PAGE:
Pulsating aurora from electron scattering by chorus waves

Journal: Nature

Published: 2018-02-14

DOI: 10.1038/nature25505

Affiliations: 9

Authors: 15

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Research Highlight

Pulsating auroras from a chorus wave

© Frank Olsen/Getty

© Frank Olsen/Getty

Pulsating auroras are a rare sight in the night sky, and it has been difficult for scientists to confirm theories about how they form. Now, a collaborative team, including researchers from Kanazawa University, has directly observed how the vibrant flashes form.

Researchers used Japan’s Exploration of energization and Radiation in Geospace (ERG) satellite and ground-based cameras from NASA’s THEMIS mission to observe that electrons bouncing around Earth’s magnetic fields were scattered by a type of plasma wave called a ‘chorus wave’.

A burst of these waves causes the electrons to fall into the upper atmosphere, collide with atoms and molecules there, and then pulse as bright, colourful lights for up to tens of seconds before disappearing. The team detected these charged particles using a sensor aboard the satellite, found that their flux was sufficient to generate a pulsating aurora which was detected simultaneously using the cameras on the ground.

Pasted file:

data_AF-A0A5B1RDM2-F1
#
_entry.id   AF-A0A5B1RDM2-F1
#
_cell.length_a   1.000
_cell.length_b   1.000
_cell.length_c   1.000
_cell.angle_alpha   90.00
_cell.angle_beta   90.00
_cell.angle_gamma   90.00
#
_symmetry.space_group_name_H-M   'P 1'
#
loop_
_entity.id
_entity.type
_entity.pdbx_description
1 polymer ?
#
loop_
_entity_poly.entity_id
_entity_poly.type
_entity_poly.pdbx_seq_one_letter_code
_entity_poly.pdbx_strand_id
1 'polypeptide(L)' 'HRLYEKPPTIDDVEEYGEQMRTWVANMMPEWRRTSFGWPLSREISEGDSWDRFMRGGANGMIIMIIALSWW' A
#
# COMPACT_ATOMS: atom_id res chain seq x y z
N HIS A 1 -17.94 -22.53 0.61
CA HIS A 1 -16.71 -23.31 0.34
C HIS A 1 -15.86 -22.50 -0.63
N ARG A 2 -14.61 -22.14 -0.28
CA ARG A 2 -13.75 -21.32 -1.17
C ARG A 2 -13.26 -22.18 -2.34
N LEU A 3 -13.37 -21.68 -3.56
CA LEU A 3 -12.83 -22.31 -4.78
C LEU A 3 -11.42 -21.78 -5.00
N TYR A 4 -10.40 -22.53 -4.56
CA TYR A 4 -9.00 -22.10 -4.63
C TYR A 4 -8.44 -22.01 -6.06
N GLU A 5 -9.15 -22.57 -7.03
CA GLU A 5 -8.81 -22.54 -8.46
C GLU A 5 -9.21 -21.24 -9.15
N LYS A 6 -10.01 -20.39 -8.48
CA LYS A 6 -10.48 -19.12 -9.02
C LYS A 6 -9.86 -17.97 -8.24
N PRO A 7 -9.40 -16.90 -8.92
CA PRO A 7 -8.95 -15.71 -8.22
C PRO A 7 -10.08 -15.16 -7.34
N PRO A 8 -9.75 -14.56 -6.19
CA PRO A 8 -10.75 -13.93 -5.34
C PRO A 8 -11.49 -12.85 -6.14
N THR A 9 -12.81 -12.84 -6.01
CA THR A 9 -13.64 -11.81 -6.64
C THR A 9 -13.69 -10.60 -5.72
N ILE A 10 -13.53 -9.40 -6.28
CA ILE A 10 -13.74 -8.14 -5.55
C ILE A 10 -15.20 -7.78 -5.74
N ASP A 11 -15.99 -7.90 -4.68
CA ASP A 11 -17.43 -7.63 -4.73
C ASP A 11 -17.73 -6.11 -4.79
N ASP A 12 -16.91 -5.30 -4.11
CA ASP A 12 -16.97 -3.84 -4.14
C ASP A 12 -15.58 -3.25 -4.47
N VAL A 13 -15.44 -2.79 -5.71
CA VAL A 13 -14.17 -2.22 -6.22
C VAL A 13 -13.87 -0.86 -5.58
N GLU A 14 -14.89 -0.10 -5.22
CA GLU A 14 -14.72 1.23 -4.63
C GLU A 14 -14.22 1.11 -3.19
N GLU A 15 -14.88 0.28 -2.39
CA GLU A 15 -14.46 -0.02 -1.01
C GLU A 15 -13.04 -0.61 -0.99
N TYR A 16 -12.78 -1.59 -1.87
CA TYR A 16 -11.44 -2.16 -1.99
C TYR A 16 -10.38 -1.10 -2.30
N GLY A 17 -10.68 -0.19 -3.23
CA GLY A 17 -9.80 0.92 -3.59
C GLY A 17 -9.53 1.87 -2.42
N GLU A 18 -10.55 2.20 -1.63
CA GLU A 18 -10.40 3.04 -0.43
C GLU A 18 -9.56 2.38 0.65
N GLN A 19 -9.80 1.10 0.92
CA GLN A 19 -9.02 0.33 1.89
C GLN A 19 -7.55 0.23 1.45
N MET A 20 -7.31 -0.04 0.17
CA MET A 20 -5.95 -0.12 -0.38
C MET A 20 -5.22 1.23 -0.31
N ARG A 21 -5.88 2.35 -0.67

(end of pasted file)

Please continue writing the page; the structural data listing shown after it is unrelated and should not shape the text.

“By analyzing data collected by the ERG spacecraft more comprehensively, we will reveal the variability and further details of plasma physics and resulting atmospheric phenomena, such as auroras,” lead author, Satoshi Kasahara said. 

Supported content

  1. Nature 554, 337–340 (2018). doi: 10.1038/nature25505
Institutions Share
The University of Tokyo (UTokyo), Japan 0.20
Nagoya University, Japan 0.20
Institute of Space and Astronautical Science (ISAS), JAXA, Japan 0.20
Osaka University, Japan 0.07
Kanazawa University (KU), Japan 0.07
Tohoku University, Japan 0.07
Institute of Astronomy and Astrophysics (ASIAA), Academia Sinica, Taiwan 0.07
University of California, Berkeley (UC Berkeley), United States of America (USA) 0.07
University of California, Los Angeles (UCLA), United States of America (USA) 0.07